Swedish papers size up Håkan Juholt
Published: 11 Mar 2011 13:02 GMT+01:00
Updated: 11 Mar 2011 13:02 GMT+01:00
While much remains unknown about the man tipped to be the saviour of the crisis-laden Social Democrats, most Swedish newspapers were in agreement that the choice of Håkan Juholt represents a shift to the left for the party, although they differed on what that shift means for the party's future.
On Thursday, the party announced with great fanfare that Juholt, a mustachioed 15-year Riksdag veteran and chair of the parliament's defence committee, had been chosen by the nomination committee for the party leader post.
As the nomination committee's unanimous choice, Juholt still must be approved by the party's rank and file at the upcomingextra congress set for March 25th-27th.
According to a poll published on Friday in the Metro newspaper, nearly two thirds of Swedes surveyed said they had no idea who Juholt was, while an additional 22 percent said they only knew his name.
Metro went on to compare Juholt to Super Mario of the eponymous video game. Both have mustaches and both are heroes, although Super Mario fights "flame-throwing turtles" while Juholt's main enemy is a "centre-right Alliance that stole his voters".
The Social Democrat-supporting Aftonbladet praised Juholt's folksy appeal and the fact that he had "visited every Social Democratic association between Ystad and Haparanda", two cities in the far south and far north, respectively.
While concluding that the choice of Juholt "could very well work", Aftonbladet cautioned that "despite Julholt's many years in national politics, one can't find a single political idea that he's promoted".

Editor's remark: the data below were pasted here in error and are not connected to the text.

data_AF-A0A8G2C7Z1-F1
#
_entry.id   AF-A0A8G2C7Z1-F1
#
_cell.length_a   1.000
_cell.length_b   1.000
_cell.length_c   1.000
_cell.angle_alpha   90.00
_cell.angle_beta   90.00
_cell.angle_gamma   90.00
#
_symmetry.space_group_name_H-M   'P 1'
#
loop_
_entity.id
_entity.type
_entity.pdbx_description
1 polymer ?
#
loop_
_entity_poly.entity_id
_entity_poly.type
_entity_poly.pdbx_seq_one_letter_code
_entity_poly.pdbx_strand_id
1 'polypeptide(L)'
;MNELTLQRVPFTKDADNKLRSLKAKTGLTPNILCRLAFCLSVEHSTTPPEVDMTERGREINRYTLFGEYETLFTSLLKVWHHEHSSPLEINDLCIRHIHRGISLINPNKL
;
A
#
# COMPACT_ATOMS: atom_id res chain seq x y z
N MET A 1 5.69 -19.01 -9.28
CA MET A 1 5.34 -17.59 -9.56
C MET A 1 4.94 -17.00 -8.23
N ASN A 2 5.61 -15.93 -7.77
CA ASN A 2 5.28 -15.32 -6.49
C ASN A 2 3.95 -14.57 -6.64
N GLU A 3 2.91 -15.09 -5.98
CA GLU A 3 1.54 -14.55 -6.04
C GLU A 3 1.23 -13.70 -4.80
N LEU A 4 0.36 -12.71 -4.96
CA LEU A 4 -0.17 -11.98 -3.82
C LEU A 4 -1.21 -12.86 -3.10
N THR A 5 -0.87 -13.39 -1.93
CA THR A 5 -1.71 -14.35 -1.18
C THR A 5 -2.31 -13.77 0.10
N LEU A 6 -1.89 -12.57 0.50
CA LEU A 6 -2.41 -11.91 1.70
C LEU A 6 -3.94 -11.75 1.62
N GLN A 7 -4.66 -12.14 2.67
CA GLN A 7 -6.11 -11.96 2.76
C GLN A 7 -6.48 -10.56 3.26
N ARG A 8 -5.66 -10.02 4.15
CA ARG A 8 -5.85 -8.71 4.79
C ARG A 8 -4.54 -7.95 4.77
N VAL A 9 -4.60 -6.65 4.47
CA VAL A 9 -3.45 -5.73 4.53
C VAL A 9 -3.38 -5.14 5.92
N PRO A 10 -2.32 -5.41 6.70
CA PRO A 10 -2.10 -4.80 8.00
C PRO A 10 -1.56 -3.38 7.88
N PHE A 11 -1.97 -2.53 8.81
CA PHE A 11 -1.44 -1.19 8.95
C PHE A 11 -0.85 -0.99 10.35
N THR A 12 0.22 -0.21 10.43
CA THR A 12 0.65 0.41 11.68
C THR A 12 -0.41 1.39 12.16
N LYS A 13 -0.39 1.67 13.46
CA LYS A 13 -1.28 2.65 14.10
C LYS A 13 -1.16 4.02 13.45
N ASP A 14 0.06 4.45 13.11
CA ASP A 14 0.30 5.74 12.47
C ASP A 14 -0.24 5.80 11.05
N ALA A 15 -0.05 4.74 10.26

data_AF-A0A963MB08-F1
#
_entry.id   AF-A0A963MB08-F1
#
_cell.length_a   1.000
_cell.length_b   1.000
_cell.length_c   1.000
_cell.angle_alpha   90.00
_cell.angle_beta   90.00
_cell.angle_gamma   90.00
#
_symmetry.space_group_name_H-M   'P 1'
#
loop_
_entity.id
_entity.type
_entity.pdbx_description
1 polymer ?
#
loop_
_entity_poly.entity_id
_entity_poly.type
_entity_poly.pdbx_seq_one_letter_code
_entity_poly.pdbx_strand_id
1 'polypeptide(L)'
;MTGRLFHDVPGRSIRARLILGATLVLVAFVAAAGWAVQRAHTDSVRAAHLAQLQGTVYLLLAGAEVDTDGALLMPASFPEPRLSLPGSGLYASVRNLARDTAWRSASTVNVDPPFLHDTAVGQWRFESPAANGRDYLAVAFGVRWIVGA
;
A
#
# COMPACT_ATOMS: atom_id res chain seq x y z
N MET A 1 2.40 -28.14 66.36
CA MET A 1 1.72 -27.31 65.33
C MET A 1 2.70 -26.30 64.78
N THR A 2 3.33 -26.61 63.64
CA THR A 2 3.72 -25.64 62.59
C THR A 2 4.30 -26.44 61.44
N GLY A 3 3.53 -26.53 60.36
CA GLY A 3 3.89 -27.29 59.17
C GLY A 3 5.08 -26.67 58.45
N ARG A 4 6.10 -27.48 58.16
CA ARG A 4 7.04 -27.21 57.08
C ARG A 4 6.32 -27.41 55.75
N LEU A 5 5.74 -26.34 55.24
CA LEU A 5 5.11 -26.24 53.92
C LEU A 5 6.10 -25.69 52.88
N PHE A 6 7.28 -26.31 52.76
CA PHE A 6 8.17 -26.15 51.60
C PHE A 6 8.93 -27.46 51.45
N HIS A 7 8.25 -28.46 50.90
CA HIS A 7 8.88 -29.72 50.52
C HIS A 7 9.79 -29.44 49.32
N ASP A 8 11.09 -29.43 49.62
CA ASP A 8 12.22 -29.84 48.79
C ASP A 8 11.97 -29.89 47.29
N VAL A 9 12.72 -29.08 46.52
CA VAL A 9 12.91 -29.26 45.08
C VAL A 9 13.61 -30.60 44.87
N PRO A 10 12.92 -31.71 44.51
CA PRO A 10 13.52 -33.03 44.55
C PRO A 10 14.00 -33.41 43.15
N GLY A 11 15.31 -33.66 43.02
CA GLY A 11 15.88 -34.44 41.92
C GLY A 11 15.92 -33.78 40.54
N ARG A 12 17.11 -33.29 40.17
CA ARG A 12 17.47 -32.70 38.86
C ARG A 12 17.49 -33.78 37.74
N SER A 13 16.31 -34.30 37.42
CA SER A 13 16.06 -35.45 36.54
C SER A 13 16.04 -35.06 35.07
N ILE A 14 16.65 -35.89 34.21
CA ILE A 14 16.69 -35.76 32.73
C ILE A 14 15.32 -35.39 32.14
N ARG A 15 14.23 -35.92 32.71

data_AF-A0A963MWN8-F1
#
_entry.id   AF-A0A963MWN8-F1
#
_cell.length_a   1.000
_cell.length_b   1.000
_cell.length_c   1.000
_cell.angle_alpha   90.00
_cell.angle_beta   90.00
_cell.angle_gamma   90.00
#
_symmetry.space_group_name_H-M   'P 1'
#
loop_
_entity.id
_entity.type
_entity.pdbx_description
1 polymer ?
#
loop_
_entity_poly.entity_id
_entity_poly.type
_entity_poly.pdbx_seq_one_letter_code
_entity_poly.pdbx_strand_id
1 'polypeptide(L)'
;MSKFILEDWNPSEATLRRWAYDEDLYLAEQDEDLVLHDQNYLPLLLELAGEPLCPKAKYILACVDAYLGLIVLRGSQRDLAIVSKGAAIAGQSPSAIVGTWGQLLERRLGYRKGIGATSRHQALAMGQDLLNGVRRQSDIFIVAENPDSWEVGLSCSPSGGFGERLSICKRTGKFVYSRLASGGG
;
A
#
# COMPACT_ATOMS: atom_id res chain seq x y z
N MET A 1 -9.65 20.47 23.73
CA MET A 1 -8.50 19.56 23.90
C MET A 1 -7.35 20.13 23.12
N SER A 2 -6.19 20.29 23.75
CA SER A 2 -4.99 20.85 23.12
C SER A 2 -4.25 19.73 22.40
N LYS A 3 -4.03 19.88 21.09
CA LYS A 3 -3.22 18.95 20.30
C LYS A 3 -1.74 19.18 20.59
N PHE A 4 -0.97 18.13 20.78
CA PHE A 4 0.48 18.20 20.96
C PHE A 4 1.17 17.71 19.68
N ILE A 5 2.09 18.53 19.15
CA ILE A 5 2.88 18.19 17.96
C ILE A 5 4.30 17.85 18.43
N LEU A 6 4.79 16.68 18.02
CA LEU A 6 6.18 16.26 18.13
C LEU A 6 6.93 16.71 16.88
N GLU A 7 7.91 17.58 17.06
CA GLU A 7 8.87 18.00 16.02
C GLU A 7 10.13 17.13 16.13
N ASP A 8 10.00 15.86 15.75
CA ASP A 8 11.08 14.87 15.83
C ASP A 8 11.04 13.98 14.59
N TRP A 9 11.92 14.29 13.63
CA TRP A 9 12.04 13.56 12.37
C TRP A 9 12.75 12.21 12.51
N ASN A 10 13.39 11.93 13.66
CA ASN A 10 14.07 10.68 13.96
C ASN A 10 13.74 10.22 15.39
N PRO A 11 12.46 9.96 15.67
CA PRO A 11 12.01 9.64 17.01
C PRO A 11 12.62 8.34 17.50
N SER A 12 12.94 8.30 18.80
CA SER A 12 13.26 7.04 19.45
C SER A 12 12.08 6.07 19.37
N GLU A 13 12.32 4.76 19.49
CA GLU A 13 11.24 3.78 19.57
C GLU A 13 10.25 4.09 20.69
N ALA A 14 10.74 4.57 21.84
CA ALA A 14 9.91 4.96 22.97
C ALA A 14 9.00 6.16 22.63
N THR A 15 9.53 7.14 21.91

The independently liberal Expressen labeled Juholt "a compromiser's compromise", adding that the choice of Juholt, along with Carin Jämtin as party secretary, was a "major victory for the party's left".
However, the Social Democrats can't hide from the need to incorporate policies from the party's right flank if they have ambitions of once again becoming Sweden's largest political party, Expressen continued, hinting at another strategic consideration in the choice of two left-leaning leaders.
"It may just be that Social Democrats with leftist credentials can gain the legitimacy and therefore the power to turn the party to the right," writes the paper.
The independently liberal-conservative Svenska Dagbladet (SvD) lamented that those who hoped for a "dynamic and future-oriented fountain of ideas behind the mustache" will likely be disappointed.
The paper points out that Juholt is no fan of "renewal", but that he was approved because he has a "sufficiently weak profile so he can't challenge the traditionalists. And: he's not Mona Sahlin".
SvD argues, however, that the party has missed a chance for true political renewal, and urges the rank and file to promote Mikael Damberg, who represents the party's more centrist wing, as an alternate candidate at the upcoming congress.
The independently liberal Dagens Nyheter (DN) newspaper pulled no punches in expressing its disappointment in the choice of Juholt, saying it sent "dismal signals about the party's direction".
The paper points out he has "limited experience in the cauldron of politics" and that, compared to past Social Democratic party leaders, "his list of accomplishments is remarkably thin".
"After two catastrophic elections, the conclusion seems to be that the Social Democrats must learn from the Moderates' changes in order to win back urban voters. Instead, they dream back to Social Democratic policies of an older mould most reminiscent of today's Left Party," writes DN.
"Those are dreams which, fortunately, are shared by ever fewer voters."